|Author (Person)||Marzinotto, Benedicta|
|Publisher||European University Institute: Robert Schuman Centre for Advanced Studies|
|Series Title||RSCAS Working Papers|
|Series Details||No 15, 2018|
|Content Type||Journal | Series | Blog|
This paper explores the extent to which financial liberalization in the euro area had a differentiated impact on members’ private consumption patterns and in turn on their current account positions as a function of who got indebted in the first place. Theoretically, it builds on an inter-temporal consumption model augmented with household heterogeneity. Low/middle income groups are impatient and credit-constrained, whilst high-income groups are patient and under no constraint. Increased access to credit in previously financially repressed countries implies a relaxation of collateral constraints specifically for low-income groups, who differently from high-income agents borrow to finance current consumption. It follows that financial liberalization is associated with deteriorating external positions there where initial levels of financial openness and inclusion are lowest and the share of the low/middle-income group largest.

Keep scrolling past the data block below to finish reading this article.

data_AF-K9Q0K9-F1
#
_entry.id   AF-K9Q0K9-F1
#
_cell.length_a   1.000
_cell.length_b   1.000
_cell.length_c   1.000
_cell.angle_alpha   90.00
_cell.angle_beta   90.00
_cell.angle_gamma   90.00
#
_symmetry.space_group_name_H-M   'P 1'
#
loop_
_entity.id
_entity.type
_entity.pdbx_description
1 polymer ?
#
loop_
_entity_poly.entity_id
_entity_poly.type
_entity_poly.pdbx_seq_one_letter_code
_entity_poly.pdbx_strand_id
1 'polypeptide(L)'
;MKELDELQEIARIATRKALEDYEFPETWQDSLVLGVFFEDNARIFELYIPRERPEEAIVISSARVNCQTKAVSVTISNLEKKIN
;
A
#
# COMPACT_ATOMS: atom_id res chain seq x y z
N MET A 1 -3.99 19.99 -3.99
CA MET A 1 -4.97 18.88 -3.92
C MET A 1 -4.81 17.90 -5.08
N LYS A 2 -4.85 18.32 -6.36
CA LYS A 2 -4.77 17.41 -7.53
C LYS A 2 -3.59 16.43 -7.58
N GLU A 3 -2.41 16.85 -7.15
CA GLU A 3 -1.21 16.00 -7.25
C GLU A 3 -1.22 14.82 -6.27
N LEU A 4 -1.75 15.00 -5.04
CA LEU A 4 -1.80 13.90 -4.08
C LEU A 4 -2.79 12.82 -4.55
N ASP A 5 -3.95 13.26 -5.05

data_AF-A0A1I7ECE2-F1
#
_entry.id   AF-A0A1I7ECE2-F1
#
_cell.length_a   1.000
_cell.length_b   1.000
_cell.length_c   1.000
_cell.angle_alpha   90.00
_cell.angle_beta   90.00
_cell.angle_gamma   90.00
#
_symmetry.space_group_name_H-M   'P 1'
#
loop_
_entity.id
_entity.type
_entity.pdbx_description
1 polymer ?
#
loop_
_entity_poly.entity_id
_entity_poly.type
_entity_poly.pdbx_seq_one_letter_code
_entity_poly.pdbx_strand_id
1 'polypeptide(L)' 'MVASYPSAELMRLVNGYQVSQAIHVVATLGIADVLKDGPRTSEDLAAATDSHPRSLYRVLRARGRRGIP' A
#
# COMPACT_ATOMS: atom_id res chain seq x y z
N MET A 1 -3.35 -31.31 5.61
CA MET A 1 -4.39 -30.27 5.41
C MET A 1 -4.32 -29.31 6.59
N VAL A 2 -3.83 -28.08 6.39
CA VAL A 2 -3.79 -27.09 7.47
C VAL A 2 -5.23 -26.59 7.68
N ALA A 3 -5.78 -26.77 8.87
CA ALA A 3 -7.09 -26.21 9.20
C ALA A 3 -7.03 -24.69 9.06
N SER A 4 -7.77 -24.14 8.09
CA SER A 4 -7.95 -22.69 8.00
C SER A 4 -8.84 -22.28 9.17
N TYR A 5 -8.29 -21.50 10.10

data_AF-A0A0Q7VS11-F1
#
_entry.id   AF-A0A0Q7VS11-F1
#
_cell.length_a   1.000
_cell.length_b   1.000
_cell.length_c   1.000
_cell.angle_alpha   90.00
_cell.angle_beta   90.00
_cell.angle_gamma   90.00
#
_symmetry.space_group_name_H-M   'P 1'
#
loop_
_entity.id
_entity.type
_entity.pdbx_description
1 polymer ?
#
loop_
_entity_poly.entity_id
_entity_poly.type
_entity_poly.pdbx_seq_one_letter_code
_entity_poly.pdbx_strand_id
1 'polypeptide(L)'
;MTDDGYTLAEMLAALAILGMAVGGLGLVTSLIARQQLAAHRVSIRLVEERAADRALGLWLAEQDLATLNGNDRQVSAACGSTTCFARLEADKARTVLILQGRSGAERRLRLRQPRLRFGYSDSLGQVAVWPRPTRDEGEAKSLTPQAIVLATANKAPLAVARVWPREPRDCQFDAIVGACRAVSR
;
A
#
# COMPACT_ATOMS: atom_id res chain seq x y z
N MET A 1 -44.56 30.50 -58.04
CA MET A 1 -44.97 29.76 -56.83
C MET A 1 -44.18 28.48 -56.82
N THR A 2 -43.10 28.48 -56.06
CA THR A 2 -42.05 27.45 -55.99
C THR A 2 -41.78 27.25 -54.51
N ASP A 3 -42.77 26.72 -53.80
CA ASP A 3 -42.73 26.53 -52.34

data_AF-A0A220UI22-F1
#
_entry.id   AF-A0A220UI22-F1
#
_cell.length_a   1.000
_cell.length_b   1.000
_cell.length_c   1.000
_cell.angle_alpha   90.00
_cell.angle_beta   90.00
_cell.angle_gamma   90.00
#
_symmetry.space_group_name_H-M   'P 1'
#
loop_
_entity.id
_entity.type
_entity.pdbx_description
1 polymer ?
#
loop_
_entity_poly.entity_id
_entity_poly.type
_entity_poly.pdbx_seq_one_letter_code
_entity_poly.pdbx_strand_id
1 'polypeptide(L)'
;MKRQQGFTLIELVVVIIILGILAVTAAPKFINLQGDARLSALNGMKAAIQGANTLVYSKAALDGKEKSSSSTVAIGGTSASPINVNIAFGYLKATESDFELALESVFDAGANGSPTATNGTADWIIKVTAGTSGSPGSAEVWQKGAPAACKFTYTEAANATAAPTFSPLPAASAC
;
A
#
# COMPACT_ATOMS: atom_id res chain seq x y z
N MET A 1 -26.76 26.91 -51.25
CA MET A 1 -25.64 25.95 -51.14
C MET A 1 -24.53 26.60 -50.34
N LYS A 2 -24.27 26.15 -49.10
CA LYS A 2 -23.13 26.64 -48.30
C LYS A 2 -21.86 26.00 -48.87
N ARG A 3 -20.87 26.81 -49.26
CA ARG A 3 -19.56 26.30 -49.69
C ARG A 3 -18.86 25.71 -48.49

|Subject Categories||Business and Industry, Economic and Financial Affairs|
|Countries / Regions||Europe|